It’s a great metaphor for the goal of these big bailout programs from the Federal Reserve and Congress.
Usually when the government injects money into the economy, it wants to stimulate economic activity.
But with a viral pandemic raging, the lack of economic activity isn’t due to lack of money. It’s due to people staying home to avoid getting sick.
So the recent emergency programs — checks from the IRS to individuals, loans to businesses and Fed liquidity for debt markets — are designed to keep the economy in stasis until things can return to normal.
The goal is to have as much of the economic infrastructure that existed before the virus still in place as possible when the crisis is over. That way we can pick up where we left off … in other words, suspended animation.
Of course, investors don’t do suspended animation. We relentlessly search for gains anywhere we can find them.
The problem is, since we don’t know how long any of this is going to last, markets are behaving unpredictably. Just as stocks started to recover, they’ve started downward again … exactly as I predicted they would when core economic data started coming out.
So what’s an investor to do?
Make a little money where we can now so we have more to invest when the market finally recovers. Because it will. It always does.
And I’ve got just the way to do that.
Three Rules for Market-Beating Returns
How? Invest in dividend-paying companies.
I like this type of investment so much that I built one of my Bauman Letter model portfolios, Endless Income, around them. And it’s paying off…
Open plays in the Endless Income portfolio are currently beating the market by 1,600% when comparing the same amount invested over the same time period. And it’s less than a year old! Click here to learn more about The Bauman Letter.
What’s my secret for these market-beating returns? I’ll boil it down to three simple factors for you:
No. 1: I target companies that provide essential inputs to the biggest technological growth trends. These are companies that you don’t hear much about. But they’re so integral that — in the case of one group, for instance — without their products, we not only won’t have 5G wireless … we wouldn’t even have an internet.
No. 2: I target companies with strong balance sheets. That means low debt and plenty of assets with alternative uses that maintain their value no matter what.
No. 3: I look for companies run by people who are committed to paying a safe dividend. There are plenty of companies out there paying double-digit dividends who won’t be around in a couple of years.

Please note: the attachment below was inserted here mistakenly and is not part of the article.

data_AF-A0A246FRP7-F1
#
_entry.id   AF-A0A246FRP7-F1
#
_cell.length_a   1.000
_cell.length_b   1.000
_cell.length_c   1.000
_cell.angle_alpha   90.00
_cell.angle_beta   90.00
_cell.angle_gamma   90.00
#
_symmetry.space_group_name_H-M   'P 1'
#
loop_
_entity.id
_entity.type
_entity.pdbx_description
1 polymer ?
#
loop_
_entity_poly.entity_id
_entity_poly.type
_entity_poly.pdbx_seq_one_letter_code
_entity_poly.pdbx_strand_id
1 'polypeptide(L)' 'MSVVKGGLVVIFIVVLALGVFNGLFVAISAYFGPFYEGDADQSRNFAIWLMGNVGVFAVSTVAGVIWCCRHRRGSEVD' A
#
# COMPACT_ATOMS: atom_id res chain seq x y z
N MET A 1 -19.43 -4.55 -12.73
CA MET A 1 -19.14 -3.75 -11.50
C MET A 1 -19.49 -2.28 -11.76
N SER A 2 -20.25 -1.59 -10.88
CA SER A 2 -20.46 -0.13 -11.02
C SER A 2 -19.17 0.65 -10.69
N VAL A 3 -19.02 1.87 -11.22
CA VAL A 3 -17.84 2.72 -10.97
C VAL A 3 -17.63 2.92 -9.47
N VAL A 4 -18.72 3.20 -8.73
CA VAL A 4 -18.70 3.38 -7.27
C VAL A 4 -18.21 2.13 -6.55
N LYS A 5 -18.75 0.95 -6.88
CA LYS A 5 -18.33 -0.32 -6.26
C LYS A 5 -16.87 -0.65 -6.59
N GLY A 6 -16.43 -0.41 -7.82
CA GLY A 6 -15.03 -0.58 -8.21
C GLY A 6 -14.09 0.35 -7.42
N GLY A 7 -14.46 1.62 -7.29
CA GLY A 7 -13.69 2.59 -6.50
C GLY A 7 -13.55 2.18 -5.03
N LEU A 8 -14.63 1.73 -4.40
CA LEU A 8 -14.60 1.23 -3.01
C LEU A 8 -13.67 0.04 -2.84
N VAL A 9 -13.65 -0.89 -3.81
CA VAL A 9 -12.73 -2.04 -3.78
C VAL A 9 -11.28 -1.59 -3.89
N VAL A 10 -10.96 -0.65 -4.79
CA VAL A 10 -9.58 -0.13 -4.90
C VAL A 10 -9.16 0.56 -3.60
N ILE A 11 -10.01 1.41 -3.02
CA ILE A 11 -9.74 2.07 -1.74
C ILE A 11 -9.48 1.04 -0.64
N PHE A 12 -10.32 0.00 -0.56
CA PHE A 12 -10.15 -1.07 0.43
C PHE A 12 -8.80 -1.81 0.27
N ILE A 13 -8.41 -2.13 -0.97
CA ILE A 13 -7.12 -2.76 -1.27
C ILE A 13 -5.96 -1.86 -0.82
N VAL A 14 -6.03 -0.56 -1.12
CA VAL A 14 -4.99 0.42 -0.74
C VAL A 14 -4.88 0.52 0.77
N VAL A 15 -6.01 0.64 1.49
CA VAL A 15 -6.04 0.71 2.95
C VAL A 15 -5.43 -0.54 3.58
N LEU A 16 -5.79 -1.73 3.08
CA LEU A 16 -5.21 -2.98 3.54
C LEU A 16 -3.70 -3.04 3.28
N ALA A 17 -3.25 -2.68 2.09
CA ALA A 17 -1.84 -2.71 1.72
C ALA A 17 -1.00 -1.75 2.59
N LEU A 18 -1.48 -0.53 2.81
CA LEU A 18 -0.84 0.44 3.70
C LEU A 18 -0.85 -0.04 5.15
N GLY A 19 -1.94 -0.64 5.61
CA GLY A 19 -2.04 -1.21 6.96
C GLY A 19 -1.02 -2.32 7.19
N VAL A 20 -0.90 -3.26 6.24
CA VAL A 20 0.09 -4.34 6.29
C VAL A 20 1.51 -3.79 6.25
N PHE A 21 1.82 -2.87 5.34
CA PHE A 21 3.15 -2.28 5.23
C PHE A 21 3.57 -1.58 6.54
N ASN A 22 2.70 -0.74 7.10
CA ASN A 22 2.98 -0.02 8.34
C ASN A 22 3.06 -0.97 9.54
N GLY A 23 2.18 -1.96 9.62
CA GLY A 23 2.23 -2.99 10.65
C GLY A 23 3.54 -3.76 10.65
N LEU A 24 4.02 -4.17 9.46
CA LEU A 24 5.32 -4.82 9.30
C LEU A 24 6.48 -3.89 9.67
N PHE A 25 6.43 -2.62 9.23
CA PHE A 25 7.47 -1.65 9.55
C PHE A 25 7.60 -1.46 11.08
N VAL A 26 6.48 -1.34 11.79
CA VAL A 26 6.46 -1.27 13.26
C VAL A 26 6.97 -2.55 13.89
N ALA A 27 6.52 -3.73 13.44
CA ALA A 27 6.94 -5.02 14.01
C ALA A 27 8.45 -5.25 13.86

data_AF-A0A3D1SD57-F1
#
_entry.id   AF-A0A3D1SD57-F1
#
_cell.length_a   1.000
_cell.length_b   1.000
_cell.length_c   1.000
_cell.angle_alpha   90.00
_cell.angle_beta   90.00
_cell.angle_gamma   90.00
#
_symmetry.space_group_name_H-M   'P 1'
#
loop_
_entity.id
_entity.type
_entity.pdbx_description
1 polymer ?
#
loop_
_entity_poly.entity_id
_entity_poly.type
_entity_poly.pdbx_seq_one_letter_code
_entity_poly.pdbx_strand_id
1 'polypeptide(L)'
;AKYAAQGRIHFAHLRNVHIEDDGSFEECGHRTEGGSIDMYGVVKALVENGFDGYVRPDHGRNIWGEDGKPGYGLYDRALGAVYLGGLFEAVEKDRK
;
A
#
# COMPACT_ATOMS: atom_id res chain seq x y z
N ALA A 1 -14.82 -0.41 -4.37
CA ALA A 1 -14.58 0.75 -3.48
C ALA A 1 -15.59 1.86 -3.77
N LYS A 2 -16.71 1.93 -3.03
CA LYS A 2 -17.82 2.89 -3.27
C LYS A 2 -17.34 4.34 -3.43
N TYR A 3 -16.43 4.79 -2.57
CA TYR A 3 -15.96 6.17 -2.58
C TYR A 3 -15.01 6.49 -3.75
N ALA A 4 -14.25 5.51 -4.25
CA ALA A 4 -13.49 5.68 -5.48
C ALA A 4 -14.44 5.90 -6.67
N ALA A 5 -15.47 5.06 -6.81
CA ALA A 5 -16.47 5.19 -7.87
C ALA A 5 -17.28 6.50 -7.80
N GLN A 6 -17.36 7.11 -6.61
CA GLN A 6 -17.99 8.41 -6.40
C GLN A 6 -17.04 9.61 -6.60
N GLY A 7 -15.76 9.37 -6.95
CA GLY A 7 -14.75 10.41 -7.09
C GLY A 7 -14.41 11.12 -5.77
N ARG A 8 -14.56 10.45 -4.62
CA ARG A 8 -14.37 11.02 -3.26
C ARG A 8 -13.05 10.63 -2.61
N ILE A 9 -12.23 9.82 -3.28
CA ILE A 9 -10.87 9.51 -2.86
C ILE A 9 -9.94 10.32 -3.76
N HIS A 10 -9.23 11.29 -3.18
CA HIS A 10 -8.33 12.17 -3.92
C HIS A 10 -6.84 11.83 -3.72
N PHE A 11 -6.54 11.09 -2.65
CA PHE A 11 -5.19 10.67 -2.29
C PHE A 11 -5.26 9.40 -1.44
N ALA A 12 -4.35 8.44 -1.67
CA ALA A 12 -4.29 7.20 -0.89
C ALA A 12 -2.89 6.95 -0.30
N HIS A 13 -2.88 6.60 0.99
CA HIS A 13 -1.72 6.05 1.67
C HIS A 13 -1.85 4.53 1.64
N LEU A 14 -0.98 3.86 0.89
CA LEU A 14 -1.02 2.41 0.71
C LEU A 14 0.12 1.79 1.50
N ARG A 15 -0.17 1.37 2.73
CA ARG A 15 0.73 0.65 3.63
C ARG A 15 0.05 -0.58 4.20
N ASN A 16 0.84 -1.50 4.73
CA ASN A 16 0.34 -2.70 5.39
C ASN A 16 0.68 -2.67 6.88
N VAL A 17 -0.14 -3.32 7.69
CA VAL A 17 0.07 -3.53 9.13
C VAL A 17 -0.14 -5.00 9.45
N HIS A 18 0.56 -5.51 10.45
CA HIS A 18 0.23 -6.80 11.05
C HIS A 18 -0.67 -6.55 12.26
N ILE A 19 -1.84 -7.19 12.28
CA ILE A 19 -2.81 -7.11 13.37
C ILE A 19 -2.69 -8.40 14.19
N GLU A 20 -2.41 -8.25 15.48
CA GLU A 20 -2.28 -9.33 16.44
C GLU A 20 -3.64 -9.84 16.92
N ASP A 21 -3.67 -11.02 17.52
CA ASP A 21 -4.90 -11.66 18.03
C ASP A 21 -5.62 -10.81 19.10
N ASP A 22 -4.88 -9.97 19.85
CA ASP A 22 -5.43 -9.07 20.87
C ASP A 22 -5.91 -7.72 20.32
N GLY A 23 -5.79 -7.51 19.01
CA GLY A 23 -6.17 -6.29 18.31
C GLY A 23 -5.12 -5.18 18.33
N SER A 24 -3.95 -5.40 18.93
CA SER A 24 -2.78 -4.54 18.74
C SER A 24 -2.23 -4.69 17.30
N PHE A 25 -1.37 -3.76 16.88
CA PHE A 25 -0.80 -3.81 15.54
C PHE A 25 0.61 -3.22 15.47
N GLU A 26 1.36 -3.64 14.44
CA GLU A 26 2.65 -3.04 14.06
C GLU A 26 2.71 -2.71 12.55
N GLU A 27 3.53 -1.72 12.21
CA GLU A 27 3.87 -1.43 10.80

Yield on Cost Is King
I’d rather buy a company paying a decent single-digit dividend that’s going to be around for years. That’s because my strategy for the Endless Income portfolio is built around a simple concept called yield on cost.
Yield on cost is the dividend you get as a percentage of your original purchase price. It’s the yield you should care about. By contrast, the yield you see advertised on financial websites is the dividend as a percentage of today’s price. It’s going to change as soon as the stock price does.
As an example, let’s say you bought company XYZ for $10 a share. At the time, the company was paying a $0.50 annual dividend, giving you a 5% yield.
XYZ is a strong company, and its share price keeps growing. And so does its dividend.
So let’s say XYZ now trades for $100 a share. That’s great share price appreciation! Congratulations!
But the gains don’t stop there. Its annual dividend is now $5. Since you paid $10 a share for the company, you’re now getting a 50% yield on cost!
There are many investments that can do that for you.
Your Back Door to Great Dividends
Of course, things are a lot more complicated than my example. Most people buy into companies in tranches, and the yield on cost will reflect the average cost basis of their position.
But it’s still a great strategy, and there’s an easy way to play it: with exchange-traded funds (ETFs) that specialize in dividend payers. Here are three that are worth your attention:
- The Invesco KBW High Dividend Yield Financial ETF (Nasdaq: KBWD) has a forward dividend yield of 16.32%, distributed monthly. That’s almost double the yield that paid this time last year, and it’s all due to a drop in the ETF’s price.
- The Amplify High Income ETF (NYSE: YYY) has a forward yield of 11.7%. Last year, that yield dropped to as low as 2.54%. It also pays monthly.
- The First Trust Dow Jones Global Select Dividend ETF (NYSEL: FGD) has a forward yield of 11.54%. A quarterly payer, last year’s average yield was 5.82%.
One of the great things about dividend-paying ETFs is that if a company cuts or suspends its dividend, it’s dropped from the index. So unlike buying individual companies, you have essentially guaranteed dividend income.
When the economy comes out of suspended animation, the prices of these ETFs are going to appreciate quickly.
Buy them now, and lock in yields on cost that you’ll probably never see again.
And then use that income to play the stock market when this is all over!
Editor, The Bauman Letter